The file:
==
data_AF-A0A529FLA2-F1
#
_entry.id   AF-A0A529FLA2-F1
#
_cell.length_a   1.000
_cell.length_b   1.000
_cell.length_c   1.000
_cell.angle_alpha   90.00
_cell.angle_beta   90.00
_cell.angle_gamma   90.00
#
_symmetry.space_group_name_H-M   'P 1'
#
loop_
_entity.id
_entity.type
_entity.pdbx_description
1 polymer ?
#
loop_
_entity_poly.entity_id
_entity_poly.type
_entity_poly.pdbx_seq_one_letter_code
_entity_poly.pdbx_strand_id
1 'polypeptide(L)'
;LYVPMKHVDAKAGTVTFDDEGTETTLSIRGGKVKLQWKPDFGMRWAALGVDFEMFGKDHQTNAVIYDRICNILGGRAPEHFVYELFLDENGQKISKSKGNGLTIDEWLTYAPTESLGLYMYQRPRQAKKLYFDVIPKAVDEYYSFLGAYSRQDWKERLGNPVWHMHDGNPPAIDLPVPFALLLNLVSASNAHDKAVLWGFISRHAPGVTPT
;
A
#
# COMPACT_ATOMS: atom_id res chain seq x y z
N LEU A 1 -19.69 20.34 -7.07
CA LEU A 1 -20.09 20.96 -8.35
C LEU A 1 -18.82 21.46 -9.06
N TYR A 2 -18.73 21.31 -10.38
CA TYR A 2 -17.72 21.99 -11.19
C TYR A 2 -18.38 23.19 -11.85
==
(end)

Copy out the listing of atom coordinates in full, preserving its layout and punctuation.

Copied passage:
data_AF-A0A529FLA2-F1
#
_entry.id   AF-A0A529FLA2-F1
#
_cell.length_a   1.000
_cell.length_b   1.000
_cell.length_c   1.000
_cell.angle_alpha   90.00
_cell.angle_beta   90.00
_cell.angle_gamma   90.00
#
_symmetry.space_group_name_H-M   'P 1'
#
loop_
_entity.id
_entity.type
_entity.pdbx_description
1 polymer ?
#
loop_
_entity_poly.entity_id
_entity_poly.type
_entity_poly.pdbx_seq_one_letter_code
_entity_poly.pdbx_strand_id
1 'polypeptide(L)'
;LYVPMKHVDAKAGTVTFDDEGTETTLSIRGGKVKLQWKPDFGMRWAALGVDFEMFGKDHQTNAVIYDRICNILGGRAPEHFVYELFLDENGQKISKSKGNGLTIDEWLTYAPTESLGLYMYQRPRQAKKLYFDVIPKAVDEYYSFLGAYSRQDWKERLGNPVWHMHDGNPPAIDLPVPFALLLNLVSASNAHDKAVLWGFISRHAPGVTPT
;
A
#
# COMPACT_ATOMS: atom_id res chain seq x y z
N LEU A 1 -19.69 20.34 -7.07
CA LEU A 1 -20.09 20.96 -8.35
C LEU A 1 -18.82 21.46 -9.06
N TYR A 2 -18.73 21.31 -10.38
CA TYR A 2 -17.72 21.99 -11.19
C TYR A 2 -18.38 23.19 -11.85